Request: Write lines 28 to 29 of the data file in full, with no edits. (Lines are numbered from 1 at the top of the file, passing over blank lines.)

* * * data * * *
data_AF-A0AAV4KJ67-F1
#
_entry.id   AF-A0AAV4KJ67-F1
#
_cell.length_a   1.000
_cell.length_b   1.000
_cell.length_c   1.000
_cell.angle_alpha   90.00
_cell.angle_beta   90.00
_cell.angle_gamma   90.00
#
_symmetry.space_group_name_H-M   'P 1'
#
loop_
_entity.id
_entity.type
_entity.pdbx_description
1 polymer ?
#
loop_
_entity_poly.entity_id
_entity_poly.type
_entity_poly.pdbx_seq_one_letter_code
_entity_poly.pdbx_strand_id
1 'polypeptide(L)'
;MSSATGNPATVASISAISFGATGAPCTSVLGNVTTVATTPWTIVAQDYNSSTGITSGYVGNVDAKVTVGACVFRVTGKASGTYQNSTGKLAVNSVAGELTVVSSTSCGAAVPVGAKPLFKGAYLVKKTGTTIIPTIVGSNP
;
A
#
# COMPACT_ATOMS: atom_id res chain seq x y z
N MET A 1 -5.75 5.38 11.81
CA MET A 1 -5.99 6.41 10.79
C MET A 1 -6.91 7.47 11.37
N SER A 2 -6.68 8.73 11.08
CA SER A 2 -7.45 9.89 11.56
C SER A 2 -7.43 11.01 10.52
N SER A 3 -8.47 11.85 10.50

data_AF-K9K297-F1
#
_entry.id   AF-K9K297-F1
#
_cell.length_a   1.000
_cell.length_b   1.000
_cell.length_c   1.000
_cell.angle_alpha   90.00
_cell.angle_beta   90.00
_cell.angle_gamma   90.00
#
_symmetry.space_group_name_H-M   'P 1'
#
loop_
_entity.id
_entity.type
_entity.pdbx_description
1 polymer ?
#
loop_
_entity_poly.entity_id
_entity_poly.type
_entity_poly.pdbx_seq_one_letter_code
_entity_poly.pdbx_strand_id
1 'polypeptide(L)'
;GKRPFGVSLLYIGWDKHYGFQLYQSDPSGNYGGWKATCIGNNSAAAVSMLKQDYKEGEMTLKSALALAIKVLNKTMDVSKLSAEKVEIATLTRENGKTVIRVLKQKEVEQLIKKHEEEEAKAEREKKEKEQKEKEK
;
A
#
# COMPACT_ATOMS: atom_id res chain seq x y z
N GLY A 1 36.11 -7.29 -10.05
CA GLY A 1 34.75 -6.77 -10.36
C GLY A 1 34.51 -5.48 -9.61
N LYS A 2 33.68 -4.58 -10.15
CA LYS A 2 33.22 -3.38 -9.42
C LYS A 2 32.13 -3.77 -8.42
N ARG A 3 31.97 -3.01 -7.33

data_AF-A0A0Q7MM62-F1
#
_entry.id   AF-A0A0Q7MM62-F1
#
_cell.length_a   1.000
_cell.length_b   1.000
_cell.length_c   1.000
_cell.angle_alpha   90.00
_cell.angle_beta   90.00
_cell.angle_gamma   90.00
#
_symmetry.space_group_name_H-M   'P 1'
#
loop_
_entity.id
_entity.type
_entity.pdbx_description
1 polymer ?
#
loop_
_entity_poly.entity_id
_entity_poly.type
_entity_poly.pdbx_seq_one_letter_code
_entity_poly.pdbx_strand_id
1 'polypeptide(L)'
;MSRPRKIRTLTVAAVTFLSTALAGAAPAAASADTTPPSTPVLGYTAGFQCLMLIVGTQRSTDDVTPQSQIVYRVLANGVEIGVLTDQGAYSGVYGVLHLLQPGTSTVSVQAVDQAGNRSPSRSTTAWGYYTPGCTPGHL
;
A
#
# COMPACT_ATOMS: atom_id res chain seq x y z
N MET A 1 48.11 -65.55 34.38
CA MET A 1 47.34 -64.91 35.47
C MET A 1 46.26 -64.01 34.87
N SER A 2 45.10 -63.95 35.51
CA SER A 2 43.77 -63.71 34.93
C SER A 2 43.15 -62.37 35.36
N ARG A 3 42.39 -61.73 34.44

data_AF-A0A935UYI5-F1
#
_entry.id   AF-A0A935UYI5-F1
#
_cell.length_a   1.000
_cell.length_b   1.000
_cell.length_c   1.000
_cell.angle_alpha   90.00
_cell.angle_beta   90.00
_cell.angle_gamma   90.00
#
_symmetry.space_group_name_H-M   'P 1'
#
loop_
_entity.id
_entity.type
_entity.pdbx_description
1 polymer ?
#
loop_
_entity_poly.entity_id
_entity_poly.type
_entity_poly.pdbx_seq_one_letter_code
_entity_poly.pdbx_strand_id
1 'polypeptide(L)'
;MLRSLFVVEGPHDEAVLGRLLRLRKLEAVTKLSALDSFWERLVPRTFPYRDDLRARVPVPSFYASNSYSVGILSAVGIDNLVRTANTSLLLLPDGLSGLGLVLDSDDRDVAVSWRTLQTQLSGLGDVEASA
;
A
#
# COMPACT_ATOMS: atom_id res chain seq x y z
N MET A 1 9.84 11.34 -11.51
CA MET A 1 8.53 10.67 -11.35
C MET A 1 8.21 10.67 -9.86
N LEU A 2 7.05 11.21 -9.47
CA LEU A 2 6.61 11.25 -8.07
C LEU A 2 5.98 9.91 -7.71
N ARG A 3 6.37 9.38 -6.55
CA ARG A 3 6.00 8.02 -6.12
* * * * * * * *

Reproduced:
A
#